Wynton Marsalis on Letterman tonight (5/13/09)

Discussion in 'Trumpet Discussion' started by gbdeamer, May 13, 2009.

  1. rowuk

    rowuk Moderator Staff Member

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    Jon,
    I know where you are coming from, but don't agree. Why? Because to me Wynton's playing represents a "new" type of jazz synthed from countless earlier eras with a BIG chunk of urban polish. I think you mean that he is not a "classical" jazz player. He sure can swing, arrange, and his choruses are inspired, they just don't fit in any previous "window". Isn't that what Jazz has been about from the beginning?

    If I go into any concert with style "expectations", I may miss something important. I consider Wynton "important" for the jazz world.

    Jon, you can appreciate Wynton in your own way, that is cool. Nothing to heal!
     
  2. rettepnoj

    rettepnoj Fortissimo User

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    This doesn't have any answer, it's a mather of taste! If I want to listen to jazz with soul, I don't put on Wynton's cd's! If I want to listen to great playing I do! One of my all time favourite solos is Wynton's solo on Black and Tan Fantasy from JALC They Came to Swing. I listen to, and play along with his music every day! I don't want people to think that I don't like his playing, because I do...:D
     
  3. Markie

    Markie Forte User

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    Hi rettepnoj,
    So what you're saying is Wynton can make a trumpet sing. Unfortunately we don't hear Wynton sing. In other words it lacks soul, right?
    Wynton is more of a conservatory approach to jazz and as such is an amazing technician. On the letterman show, Wynton had an unimpressive performance regardless of the amount of notes played.
    Some would say a great performance is one that contains massive amount of notes or constantly in the stratophere(one high note person who is popular to this site(and living) comes to mind). Of course they miss the point. High notes for the sake of high notes and a ton of notes just because the person can do them isn't music. Its mental masterbation. Music is when the musician "sings", not the instrument.
    I too use to not like Wynton for the reasons you stated. However, as Wynton matured HE started singing. The man can sing. The letterman show was not an example of Wynton singing. As anyone knows, if the muse doesn't show up to help YOU sing, you better know how to make the horn sing.
     
    Last edited: May 16, 2009
  4. rettepnoj

    rettepnoj Fortissimo User

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    Wynton sing's, but not what my JAZZ ear want's to hear!! The performance stated abowe is a great performance, but not as jazz! It's more like a show thing! I enjoy highnotes and fast playing, but not when I want to listen to jazz..:lol:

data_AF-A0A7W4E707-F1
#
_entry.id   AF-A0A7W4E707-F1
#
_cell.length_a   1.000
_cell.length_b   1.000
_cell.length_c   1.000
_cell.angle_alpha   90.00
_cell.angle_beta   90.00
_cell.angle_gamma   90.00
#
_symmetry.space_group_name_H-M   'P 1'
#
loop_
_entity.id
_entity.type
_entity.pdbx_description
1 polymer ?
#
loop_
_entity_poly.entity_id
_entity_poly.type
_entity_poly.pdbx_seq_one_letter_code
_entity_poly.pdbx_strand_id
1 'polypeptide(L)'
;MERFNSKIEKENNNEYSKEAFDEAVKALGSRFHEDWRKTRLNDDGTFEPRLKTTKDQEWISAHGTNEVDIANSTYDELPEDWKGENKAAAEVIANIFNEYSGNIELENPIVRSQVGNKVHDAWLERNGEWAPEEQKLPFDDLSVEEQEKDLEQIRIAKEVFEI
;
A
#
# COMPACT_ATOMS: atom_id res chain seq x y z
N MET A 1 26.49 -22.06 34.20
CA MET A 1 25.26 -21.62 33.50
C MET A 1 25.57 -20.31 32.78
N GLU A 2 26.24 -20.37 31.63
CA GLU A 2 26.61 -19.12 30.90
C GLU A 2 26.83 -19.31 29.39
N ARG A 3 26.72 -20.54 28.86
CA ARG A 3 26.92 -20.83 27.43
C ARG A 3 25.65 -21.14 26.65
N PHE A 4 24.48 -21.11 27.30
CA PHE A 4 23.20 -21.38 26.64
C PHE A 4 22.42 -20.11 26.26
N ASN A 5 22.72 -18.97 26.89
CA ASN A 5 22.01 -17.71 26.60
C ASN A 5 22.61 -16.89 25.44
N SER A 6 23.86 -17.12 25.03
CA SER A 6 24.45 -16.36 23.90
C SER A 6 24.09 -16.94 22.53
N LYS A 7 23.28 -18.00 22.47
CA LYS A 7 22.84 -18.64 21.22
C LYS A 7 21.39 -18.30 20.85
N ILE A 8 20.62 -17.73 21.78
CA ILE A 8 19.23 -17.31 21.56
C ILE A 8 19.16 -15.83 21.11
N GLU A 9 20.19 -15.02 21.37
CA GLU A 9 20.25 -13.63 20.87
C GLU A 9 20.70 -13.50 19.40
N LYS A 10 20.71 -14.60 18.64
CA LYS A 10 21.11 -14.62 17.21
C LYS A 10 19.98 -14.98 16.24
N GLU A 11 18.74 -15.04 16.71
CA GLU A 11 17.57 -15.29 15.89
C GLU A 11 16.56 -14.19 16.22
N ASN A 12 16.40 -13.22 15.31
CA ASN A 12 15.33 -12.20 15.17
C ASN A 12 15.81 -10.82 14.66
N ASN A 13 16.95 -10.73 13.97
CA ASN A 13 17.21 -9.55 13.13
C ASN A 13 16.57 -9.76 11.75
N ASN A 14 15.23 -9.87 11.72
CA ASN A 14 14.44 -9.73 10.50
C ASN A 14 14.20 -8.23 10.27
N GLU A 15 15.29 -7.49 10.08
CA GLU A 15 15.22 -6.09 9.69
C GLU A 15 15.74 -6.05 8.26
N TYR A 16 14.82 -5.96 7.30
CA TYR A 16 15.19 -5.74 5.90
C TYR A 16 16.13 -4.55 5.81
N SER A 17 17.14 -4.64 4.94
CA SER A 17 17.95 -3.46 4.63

5. Markie

    Markie Forte User

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    Hi rettepnoj,
    I stand corrected. If its not what your jazz ears want to hear then you are correct and I failed to understand your post. However, I still stand by my claim that the letterman performance was an unremarkable performance.
     
  6. Markie

    Markie Forte User

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    If you don't mind me asking, what are some of the artists you lean towards that you call jazz.
    For me? Sonny Rollins, John Coltrane, MF, Maria Schneider, Legrand, Phil Woods, Clark Terry, Carl Saunders, Bobby Shew, Doc, Lester Young, John Mclaughlin, Toots, Ron McRoby come to mind at the present moment. Of course if you ask me tonight, I'll probably have a different line up. There's just so many good ones out there.
     
    Last edited: May 16, 2009
  7. rettepnoj

    rettepnoj Fortissimo User

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    Good jazz for me are; Dave Douglas, Payton, Hargrove, Miles, Chet, Dizzy, Bird, Rollins, Paquito, Ron Stout etc...and many many more..:-)
     
  8. rettepnoj

    rettepnoj Fortissimo User

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    O yeah, I loved that performance, as I love all of his performances...He is the best..no doubt! Have you seen the Congo Square DVD?:thumbsup:
     
  9. Markie

    Markie Forte User

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    It appears we have similar tastes in what we call jazz musicians. However, in one of the sentances you stated that "the performance was great but not as jazz, its more of a show thing".
    I think you may want to reexamine the literary definition of jazz.
    Jazz has certain parameters that make it such and range from free jazz to Kenny G.
    Wynton performed the letterman show in a jazz idiom. You don't have to like the performance or Wynton, but never the less by definition it was jazz.
     
  10. Brekelefuw

    Brekelefuw Fortissimo User

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    Wynton's music is some of the churchiest, soulful music you can get these days.
    Local Announcements on disc 7 of live at the vanguard. If that doesn't make you say Amen...
     

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